It is important to remember that you will always be able to choose your own medical care if you have the ability to do so. Your healthcare directives will never override your communicated wishes. And even when you are no longer capable of making your own decisions, your healthcare agent must always act in your best interests and try to follow any wishes you've expressed in your living will.
When do my healthcare directives end?
Your written healthcare wishes remain effective as long as you are alive, unless you personally revoke them, or a court steps in to revoke them. Here are some specifics:
- You revoke your documents: you can change or cancel your documents at any time, just be sure that your doctors and your healthcare agent is aware of the changes or cancelation
- You get a divorce: A divorce doesn't change the written directions of your living will, however if you named your spouse as your healthcare agent in your power of attorney of healthcare, their rights will be revoked in most states, and you need to name a new agent. Sometimes it is easier to create new written documents to reflect your new agent rather than change existing ones.
- You pass away: For the most part, your healthcare directives are no longer necessary after you pass away. The only reason they would remain effective for a limited time would be so your healthcare agent could oversee the disposition of your body, which could include an autopsy or organ donation.
- A court invalidates your document or revokes your agent's authority: Most of the time, healthcare directives are not a matter for the court. However, if someone believes that did not have the mental capacity to create a valid legal document, the matter could be brought before a judge to decide. Your documents could also be invalidated if you failed to meet your state's requirements, such as notarizing in front of a witness. If someone believes that your healthcare agent is not acting in your best interest, the matter will be brought to court and an investigation into their behavior will follow. If their authority is revoked, the power will go to the first alternate agent that you have listed in your document. If you have not listed any, or if your document is invalidated, a conservator or guardian will be appointed to make care decisions for you.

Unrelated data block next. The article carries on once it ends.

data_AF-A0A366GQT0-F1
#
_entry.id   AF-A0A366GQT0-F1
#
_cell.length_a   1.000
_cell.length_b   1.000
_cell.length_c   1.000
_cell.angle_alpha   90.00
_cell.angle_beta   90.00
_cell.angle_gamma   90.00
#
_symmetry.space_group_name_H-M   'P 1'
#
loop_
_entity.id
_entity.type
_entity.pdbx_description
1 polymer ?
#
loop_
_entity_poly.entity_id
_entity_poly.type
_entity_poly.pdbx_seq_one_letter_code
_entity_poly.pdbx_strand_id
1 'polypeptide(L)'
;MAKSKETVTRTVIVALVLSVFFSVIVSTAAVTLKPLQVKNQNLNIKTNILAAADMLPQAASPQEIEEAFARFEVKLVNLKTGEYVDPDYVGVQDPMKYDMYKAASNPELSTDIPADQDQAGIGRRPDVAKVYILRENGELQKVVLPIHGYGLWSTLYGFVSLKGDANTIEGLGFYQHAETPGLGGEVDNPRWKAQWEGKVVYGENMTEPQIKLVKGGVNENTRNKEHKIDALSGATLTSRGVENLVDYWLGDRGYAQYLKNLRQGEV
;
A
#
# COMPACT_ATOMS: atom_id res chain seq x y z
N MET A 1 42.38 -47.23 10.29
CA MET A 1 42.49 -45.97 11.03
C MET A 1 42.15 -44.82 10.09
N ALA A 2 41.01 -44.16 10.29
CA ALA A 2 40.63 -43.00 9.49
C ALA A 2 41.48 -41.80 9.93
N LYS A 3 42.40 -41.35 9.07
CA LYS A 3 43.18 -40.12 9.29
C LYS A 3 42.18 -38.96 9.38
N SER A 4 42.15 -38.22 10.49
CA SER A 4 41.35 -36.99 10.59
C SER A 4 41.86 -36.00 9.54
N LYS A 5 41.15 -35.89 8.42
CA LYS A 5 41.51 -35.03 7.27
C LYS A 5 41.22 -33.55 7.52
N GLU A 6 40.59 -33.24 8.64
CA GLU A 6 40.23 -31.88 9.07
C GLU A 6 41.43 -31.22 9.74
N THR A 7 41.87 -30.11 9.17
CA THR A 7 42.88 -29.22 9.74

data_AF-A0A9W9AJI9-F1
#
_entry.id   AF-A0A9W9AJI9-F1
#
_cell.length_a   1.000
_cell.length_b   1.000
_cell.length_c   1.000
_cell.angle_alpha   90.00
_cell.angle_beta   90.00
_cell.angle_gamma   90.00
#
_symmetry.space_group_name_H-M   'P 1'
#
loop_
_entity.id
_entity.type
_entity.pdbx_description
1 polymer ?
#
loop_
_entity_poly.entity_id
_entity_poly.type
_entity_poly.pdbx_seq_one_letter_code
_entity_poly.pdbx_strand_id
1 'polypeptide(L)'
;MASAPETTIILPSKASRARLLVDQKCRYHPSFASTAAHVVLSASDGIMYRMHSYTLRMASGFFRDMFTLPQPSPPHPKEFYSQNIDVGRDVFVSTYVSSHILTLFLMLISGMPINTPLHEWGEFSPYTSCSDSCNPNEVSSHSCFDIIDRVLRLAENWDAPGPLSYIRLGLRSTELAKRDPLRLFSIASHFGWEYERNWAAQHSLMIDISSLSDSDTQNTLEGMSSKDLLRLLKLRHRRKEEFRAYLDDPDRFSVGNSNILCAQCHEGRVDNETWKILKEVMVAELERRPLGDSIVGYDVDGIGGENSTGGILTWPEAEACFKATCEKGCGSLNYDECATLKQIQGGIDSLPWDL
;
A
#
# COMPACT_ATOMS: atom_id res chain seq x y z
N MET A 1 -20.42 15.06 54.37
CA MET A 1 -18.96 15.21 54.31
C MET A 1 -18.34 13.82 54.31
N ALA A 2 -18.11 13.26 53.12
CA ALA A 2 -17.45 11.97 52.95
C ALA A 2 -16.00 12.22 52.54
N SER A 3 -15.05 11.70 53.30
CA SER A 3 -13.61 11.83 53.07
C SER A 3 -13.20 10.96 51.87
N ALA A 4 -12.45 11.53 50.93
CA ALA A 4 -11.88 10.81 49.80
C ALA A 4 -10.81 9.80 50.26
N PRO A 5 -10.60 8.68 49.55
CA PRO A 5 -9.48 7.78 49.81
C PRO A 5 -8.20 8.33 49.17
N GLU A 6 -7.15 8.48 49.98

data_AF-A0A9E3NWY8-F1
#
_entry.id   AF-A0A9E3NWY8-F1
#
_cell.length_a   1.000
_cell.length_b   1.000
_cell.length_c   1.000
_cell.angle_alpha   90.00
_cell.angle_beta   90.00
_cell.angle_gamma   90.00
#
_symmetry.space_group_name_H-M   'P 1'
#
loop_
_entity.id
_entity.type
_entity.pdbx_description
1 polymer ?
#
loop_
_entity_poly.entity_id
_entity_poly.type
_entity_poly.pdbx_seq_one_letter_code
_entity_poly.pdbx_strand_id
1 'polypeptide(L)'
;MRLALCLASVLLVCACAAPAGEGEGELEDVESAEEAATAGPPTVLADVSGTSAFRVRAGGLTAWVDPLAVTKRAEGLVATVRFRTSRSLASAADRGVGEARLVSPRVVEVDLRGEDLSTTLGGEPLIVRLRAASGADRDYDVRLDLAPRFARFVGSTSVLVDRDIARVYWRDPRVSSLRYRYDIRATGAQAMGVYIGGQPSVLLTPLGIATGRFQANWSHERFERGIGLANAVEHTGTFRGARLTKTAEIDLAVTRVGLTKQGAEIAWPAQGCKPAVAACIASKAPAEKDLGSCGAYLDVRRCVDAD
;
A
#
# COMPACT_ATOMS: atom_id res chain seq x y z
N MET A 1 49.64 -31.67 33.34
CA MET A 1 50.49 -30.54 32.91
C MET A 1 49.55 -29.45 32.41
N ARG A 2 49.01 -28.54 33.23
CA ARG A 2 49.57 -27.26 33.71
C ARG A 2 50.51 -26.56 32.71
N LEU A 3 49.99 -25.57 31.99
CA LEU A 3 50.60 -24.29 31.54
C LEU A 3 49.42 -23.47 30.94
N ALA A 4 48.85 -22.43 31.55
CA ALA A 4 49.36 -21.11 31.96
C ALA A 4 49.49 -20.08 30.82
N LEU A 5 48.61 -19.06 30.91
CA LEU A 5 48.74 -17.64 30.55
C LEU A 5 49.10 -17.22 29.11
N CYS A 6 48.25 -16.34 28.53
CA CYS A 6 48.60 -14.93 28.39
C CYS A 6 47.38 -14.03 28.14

If you or an aging loved one have not created your healthcare directives, take some time to think about your wishes for healthcare, and find a lawyer who can help you put them down into your formal documents. It is always best to be prepared.
If you need additional information, or would like to schedule a free in-home consultation to discuss your family's in-home care needs, contact us today at 1-844-505-0004. American In-Home Care refers qualified and compassionate care providers that can help with many services, including Companion Care, Personal Care, and Alzheimer's and Dementia Care.
Source: Irving, Shae "Living Wills and Power of Attorney for Healthcare: An Overview." Nolo.